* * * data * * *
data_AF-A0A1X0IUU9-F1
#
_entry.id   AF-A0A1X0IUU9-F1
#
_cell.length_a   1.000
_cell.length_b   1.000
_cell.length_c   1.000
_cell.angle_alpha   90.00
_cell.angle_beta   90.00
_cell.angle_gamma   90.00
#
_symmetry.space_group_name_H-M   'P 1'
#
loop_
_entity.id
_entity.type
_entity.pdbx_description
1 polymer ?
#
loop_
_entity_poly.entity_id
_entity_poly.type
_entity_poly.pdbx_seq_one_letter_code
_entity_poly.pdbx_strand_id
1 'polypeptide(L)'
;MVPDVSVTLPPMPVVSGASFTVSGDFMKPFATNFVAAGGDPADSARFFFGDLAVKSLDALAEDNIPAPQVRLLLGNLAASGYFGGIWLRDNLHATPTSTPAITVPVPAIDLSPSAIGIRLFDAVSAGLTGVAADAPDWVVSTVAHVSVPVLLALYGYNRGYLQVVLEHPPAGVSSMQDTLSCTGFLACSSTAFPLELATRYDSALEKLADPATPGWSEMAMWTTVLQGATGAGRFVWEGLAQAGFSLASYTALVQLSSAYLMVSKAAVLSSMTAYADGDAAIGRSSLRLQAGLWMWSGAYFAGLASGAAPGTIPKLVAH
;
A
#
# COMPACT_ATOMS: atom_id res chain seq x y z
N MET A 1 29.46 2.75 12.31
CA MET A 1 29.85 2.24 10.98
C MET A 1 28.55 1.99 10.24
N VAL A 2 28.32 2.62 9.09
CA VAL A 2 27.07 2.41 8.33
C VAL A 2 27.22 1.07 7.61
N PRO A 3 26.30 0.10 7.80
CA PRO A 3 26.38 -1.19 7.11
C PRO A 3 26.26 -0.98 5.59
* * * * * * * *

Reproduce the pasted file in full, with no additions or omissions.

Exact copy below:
data_AF-A0A1X0IUU9-F1
#
_entry.id   AF-A0A1X0IUU9-F1
#
_cell.length_a   1.000
_cell.length_b   1.000
_cell.length_c   1.000
_cell.angle_alpha   90.00
_cell.angle_beta   90.00
_cell.angle_gamma   90.00
#
_symmetry.space_group_name_H-M   'P 1'
#
loop_
_entity.id
_entity.type
_entity.pdbx_description
1 polymer ?
#
loop_
_entity_poly.entity_id
_entity_poly.type
_entity_poly.pdbx_seq_one_letter_code
_entity_poly.pdbx_strand_id
1 'polypeptide(L)'
;MVPDVSVTLPPMPVVSGASFTVSGDFMKPFATNFVAAGGDPADSARFFFGDLAVKSLDALAEDNIPAPQVRLLLGNLAASGYFGGIWLRDNLHATPTSTPAITVPVPAIDLSPSAIGIRLFDAVSAGLTGVAADAPDWVVSTVAHVSVPVLLALYGYNRGYLQVVLEHPPAGVSSMQDTLSCTGFLACSSTAFPLELATRYDSALEKLADPATPGWSEMAMWTTVLQGATGAGRFVWEGLAQAGFSLASYTALVQLSSAYLMVSKAAVLSSMTAYADGDAAIGRSSLRLQAGLWMWSGAYFAGLASGAAPGTIPKLVAH
;
A
#
# COMPACT_ATOMS: atom_id res chain seq x y z
N MET A 1 29.46 2.75 12.31
CA MET A 1 29.85 2.24 10.98
C MET A 1 28.55 1.99 10.24
N VAL A 2 28.32 2.62 9.09
CA VAL A 2 27.07 2.41 8.33
C VAL A 2 27.22 1.07 7.61
N PRO A 3 26.30 0.10 7.80
CA PRO A 3 26.38 -1.19 7.11
C PRO A 3 26.26 -0.98 5.59